Fixing the Republican Party's minority problem
Unless Republicans step up their game -- and soon, we may as well start calling Mrs. Clinton "Madame President".
Even without an African-American at the top of the Democrat ticket to drive minority turnout in 2016, the conditions that re-elected President Obama will still be in play.
The problem won't go away. And it can't be fixed unless it is first understood.
Mitt Romney and scores of local Republican candidates were doomed last year not by a clever mobile turnout app but by early-voting laws in the key states of Florida, Ohio, New Hampshire, Nevada, Colorado, New Mexico, Wisconsin and Iowa. In some cases these statutes were enacted, ironically (some would say foolishly), by Republican-dominated legislatures.
The effect was to extend the Democrats' election-day voter-turnout drive from one day to one month or more. The result was elevated turnout among poor and minority-group voters. And it hastened the arrival of the demographic day of reckoning that many of us knew was coming:
The solidly-Democrat nonwhite share of the vote has more than doubled from 13 percent in 1984 to 28 percent in 2012. It continues to rise, as former Bush adviser Karl Rove points out in his June 26, 2013 op-ed in the Wall Street Journal. Simply turning out more white voters won't do the trick:
"To have prevailed over Mr. Obama in the electoral count, Mr. Romney would have had to carry 62.54% of white voters. That's a tall order, given that Ronald Reagan received 63% of the white vote in his 1984 victory".
Rove concludes, "Republicans must now do two things: turn out more white voters and improve their performance among Hispanics, African-Americans and Asian-Americans."
Most Hispanic, Black and Asian voters pull the Democrat lever for the same reason most whites vote Republican: they started out that way. Political affiliation is part of one's family, cultural, community and in some cases, religious identity. Switching allegiance means abandoning that identity. Which means it's not an easy sale. It will take not months or years but a generation. Or two.
To paraphrase Ronald Reagan, upwardly-mobile minorities are Republicans; they just don't know it yet.
Republicans must look to history and learn from the "Southern Strategy" of the late 1960s.
The plan was simple: organize in the southern communities, which usually meant the Baptist churches, and demonstrate to conservative southern Democrats that the Republicans shared their views. Official Democrats called the movement racist, but only because it worked. By the mid-90s hundreds of elected county officials had defected to the GOP.
Here are the important lessons:
- It was faith- and community-based, starting at
- The politicians were the last to climb aboard.
- It took 25 years.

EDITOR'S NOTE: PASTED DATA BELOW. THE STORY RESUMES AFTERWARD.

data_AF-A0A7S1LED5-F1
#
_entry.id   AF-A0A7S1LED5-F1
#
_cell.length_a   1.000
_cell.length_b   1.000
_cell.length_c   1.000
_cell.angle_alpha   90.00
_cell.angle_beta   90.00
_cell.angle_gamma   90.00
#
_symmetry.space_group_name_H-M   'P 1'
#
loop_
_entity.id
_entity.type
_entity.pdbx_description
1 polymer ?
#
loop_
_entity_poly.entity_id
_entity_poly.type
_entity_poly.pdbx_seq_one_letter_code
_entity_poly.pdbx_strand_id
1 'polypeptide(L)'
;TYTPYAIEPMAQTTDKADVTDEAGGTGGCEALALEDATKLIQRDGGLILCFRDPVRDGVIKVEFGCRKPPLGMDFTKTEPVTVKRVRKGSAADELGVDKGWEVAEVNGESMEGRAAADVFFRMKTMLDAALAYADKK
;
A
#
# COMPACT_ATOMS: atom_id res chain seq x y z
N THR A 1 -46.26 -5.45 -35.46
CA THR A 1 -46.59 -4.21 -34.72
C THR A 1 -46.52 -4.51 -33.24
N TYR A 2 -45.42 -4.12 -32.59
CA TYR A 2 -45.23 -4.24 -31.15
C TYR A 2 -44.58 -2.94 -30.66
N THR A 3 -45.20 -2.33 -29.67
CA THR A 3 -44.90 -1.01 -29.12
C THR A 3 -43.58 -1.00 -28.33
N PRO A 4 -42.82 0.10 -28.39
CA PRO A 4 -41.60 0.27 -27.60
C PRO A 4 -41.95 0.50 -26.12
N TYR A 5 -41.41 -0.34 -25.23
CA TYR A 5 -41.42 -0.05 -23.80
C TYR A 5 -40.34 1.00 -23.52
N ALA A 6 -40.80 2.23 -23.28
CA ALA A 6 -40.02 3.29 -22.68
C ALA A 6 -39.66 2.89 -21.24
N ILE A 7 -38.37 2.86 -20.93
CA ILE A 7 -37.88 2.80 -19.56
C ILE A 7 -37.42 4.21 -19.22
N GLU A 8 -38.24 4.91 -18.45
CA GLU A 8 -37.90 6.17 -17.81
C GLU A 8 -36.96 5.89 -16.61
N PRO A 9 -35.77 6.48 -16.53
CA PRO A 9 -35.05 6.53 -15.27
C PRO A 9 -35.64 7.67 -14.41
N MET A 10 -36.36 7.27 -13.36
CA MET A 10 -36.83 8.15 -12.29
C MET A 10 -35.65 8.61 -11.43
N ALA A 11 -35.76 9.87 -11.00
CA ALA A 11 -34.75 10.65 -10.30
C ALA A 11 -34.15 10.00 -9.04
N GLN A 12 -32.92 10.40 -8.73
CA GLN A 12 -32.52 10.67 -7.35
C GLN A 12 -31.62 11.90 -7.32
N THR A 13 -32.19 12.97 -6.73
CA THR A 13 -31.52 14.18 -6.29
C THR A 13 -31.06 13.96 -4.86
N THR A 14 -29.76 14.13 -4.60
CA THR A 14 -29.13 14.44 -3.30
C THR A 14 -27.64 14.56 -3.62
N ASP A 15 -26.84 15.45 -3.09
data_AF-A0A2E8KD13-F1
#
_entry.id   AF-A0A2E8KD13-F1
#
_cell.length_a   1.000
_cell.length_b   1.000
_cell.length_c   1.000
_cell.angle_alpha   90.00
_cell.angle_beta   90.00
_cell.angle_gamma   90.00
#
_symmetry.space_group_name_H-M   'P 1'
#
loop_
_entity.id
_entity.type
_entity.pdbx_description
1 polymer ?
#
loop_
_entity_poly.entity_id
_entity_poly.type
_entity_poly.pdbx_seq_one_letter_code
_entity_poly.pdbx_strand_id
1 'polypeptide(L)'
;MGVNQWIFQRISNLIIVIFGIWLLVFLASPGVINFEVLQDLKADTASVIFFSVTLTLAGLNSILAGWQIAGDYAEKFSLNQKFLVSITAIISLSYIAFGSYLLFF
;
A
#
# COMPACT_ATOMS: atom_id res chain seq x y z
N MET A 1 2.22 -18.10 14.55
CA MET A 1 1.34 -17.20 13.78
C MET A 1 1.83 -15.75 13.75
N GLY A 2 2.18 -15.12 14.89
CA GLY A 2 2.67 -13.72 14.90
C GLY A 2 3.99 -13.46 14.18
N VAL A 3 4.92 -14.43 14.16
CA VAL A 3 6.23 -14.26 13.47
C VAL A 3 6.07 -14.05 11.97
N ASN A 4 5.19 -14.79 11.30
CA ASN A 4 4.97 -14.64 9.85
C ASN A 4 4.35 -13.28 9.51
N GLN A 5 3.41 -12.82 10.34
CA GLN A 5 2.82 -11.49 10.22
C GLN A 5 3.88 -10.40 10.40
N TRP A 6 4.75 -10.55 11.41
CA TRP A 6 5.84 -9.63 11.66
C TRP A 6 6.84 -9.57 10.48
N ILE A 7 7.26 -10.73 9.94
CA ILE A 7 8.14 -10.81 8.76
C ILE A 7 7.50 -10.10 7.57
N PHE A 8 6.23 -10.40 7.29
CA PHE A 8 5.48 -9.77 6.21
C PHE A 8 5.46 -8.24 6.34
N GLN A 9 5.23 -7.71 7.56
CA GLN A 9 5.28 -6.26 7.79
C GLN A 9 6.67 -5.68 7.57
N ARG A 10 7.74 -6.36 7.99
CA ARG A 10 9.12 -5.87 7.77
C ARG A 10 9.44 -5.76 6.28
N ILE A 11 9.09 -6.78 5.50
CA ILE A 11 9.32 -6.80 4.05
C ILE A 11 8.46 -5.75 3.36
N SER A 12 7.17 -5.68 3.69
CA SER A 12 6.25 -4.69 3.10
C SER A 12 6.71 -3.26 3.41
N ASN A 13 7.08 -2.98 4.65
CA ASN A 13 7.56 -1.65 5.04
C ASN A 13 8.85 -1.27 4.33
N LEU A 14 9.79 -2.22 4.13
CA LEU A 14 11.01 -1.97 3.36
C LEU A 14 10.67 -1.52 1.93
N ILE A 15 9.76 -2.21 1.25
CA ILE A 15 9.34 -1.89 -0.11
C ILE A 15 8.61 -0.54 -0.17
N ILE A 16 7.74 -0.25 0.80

Can the Republicans wait that long?
Yes, as long as the GOP establishes a long-term institutional commitment. Now. The Republicans cannot remain viable by sustaining four-to-one losses among a voter bloc that is 28 percent and growing.
Here's how to start:
- Learn from
Sid Dinerstein, who was chairman of the Palm
Beach County GOP for eight years. He clearly
understands both the problem and the solution.
- Organize in the minority
starting with the more affluent. (That's
where the new voters are.) The days of ignoring
these areas are over.
- Use the existing
tools to identify persuadable voters, based on any number of
factors. Most importantly, share this information
- Retool your organization into a voter-ID
and turnout machine. It's the surest way to turn candidates into officeholders.
- Embrace early voting. Sure it's
a boon to Democrats but it's here to stay. Learn to
- Run the GOP as a party, not a club.
Don't meddle in primaries -- they're your single
greatest source of new volunteers and donors, and you need
all the help and money you can get. Make peace with the
tea-partiers -- they're your best customers.
By instituting these changes the Republicans will arrest the slide and eventually become competitive in some minority communities. Losing this fight means losing, literally, the keys to the Republic.
Anyone worried about the ruinous debt and economic malaise we're leaving for the next generation should be worried about the health of the GOP.
The Democrats will remain institutionally yoked to the agents of Big Government: the left, unions, teachers and personal-injury lawyers. Because the two-party system is embedded in the laws of most states, the solutions will come only from politicians of the Republican Party.
Or else from no one at all.
Joe Curran has been variously involved in Republican politics as a campaigner, aide and party official.